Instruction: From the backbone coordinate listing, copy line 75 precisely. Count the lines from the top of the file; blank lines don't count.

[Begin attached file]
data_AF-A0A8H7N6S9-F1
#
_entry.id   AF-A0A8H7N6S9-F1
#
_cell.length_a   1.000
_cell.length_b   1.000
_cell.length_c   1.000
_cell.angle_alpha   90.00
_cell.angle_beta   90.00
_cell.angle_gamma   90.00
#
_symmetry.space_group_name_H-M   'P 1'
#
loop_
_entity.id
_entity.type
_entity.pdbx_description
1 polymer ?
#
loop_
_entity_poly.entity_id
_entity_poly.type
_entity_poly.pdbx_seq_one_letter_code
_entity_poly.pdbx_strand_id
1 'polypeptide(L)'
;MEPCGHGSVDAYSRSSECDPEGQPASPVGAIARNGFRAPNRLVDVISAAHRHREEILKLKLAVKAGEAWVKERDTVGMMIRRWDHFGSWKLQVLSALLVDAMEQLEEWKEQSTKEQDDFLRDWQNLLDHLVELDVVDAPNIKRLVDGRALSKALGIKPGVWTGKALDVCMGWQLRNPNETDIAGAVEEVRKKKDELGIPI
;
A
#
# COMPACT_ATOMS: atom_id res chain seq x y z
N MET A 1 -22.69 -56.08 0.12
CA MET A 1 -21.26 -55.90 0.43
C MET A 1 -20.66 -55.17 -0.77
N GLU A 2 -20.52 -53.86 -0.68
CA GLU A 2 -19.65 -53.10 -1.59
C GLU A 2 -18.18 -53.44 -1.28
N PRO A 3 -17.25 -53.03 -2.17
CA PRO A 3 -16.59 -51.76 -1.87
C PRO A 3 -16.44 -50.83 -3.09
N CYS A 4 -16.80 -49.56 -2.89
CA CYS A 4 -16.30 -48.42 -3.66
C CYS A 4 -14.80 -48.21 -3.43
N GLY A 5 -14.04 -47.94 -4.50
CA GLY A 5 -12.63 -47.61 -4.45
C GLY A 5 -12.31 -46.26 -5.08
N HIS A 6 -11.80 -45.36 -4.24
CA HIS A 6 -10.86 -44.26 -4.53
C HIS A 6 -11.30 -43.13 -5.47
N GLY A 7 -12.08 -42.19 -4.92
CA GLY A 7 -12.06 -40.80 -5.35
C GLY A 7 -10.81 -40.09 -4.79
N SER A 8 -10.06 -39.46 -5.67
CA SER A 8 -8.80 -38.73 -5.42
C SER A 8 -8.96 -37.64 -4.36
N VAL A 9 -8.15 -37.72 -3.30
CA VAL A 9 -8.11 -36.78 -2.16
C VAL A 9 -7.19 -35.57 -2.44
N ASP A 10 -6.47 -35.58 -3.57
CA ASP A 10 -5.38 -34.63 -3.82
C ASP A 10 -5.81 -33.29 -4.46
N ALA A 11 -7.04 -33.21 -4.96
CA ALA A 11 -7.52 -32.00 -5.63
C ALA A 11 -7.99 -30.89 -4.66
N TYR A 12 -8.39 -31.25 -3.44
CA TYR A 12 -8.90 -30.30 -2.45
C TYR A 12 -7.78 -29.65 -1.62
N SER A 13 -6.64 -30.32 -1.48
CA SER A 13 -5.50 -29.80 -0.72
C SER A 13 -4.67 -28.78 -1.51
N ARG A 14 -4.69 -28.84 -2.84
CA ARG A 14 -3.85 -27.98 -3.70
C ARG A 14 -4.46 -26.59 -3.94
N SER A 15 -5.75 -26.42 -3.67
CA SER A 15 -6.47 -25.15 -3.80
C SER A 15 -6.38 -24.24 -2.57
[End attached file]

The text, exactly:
C SER A 15 -6.38 -24.24 -2.57